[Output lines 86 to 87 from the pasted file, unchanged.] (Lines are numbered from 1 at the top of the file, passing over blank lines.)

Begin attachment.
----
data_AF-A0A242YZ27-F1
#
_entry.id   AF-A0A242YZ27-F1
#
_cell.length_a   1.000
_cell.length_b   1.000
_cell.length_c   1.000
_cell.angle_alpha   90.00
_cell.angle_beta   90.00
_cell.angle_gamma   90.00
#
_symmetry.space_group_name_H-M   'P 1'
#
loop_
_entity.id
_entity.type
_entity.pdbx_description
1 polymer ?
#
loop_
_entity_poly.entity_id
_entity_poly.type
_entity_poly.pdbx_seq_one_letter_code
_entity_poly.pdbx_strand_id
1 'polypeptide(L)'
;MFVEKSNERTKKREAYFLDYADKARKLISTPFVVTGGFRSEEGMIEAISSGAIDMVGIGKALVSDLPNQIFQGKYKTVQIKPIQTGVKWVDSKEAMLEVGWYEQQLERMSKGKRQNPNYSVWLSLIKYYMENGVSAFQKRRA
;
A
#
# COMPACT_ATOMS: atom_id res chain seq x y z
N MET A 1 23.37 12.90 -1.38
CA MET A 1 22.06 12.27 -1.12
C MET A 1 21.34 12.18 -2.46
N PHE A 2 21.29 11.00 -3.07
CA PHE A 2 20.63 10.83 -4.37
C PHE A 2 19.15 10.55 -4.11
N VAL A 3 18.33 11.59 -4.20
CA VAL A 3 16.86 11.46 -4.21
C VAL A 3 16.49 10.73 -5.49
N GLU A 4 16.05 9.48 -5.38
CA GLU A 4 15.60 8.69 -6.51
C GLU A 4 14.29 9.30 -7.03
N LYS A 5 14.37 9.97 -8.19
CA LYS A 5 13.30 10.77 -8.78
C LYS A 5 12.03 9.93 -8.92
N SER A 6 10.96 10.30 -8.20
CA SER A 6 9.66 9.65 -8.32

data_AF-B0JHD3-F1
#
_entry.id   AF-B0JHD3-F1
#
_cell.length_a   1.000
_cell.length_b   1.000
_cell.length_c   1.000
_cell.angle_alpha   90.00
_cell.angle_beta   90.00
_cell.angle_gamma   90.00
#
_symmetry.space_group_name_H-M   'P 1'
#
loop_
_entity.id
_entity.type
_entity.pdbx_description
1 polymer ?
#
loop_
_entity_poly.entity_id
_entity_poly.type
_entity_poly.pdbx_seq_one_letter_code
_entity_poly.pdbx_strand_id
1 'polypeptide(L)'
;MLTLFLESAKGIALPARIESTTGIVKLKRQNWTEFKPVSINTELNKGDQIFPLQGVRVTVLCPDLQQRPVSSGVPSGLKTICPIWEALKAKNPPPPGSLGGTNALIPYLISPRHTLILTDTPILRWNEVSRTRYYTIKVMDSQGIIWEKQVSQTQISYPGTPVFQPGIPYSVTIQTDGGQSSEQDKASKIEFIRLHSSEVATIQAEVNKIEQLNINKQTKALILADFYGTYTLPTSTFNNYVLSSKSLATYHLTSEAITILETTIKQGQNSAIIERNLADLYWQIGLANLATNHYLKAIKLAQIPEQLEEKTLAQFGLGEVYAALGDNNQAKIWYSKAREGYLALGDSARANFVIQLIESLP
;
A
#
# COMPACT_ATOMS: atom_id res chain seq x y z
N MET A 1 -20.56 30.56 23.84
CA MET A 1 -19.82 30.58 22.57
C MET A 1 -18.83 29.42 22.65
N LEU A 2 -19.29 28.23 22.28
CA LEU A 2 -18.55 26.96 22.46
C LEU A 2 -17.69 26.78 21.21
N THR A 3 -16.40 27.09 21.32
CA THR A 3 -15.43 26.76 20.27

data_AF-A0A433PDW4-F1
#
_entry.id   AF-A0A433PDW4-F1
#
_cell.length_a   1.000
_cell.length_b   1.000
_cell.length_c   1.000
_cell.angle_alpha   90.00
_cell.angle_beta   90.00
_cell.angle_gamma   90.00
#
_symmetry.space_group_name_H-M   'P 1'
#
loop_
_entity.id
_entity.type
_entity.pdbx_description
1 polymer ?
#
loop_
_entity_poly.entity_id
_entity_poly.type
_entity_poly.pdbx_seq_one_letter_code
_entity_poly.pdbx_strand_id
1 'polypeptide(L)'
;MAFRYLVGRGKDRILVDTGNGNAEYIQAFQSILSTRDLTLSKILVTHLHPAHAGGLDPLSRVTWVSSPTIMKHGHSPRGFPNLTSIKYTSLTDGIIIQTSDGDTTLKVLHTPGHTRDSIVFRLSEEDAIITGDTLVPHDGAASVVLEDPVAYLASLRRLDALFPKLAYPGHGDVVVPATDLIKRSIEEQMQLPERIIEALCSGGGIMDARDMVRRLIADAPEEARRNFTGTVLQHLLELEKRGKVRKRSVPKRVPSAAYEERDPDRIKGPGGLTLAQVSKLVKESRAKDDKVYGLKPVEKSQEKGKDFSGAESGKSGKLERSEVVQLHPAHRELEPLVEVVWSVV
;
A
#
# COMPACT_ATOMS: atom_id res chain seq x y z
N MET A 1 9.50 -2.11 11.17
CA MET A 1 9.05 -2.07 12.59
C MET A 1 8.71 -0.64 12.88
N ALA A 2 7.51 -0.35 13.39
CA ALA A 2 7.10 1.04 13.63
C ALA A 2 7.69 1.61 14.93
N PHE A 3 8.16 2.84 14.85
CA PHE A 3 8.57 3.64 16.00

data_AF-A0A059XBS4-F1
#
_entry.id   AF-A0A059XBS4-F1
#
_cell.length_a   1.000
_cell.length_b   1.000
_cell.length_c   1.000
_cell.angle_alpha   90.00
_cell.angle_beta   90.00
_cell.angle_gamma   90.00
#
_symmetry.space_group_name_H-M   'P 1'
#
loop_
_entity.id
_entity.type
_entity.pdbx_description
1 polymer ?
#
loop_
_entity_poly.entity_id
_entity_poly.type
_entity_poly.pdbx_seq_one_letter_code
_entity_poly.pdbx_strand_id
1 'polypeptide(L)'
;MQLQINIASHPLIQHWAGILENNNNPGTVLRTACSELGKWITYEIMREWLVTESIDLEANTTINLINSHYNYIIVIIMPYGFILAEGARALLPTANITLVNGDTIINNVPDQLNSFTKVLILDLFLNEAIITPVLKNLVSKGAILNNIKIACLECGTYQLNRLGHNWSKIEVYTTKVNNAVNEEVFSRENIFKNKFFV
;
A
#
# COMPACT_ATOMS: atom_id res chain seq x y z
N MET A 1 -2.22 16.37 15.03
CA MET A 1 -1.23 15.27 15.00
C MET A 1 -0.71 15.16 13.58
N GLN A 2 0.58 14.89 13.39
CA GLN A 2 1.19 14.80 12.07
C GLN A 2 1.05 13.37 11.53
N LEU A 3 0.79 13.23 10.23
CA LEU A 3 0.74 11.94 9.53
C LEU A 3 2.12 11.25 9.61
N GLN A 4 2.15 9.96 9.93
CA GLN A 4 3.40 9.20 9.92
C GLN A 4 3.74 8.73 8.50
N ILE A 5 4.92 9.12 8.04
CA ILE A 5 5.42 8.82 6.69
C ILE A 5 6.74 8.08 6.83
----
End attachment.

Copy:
data_AF-A0A433PDW4-F1
#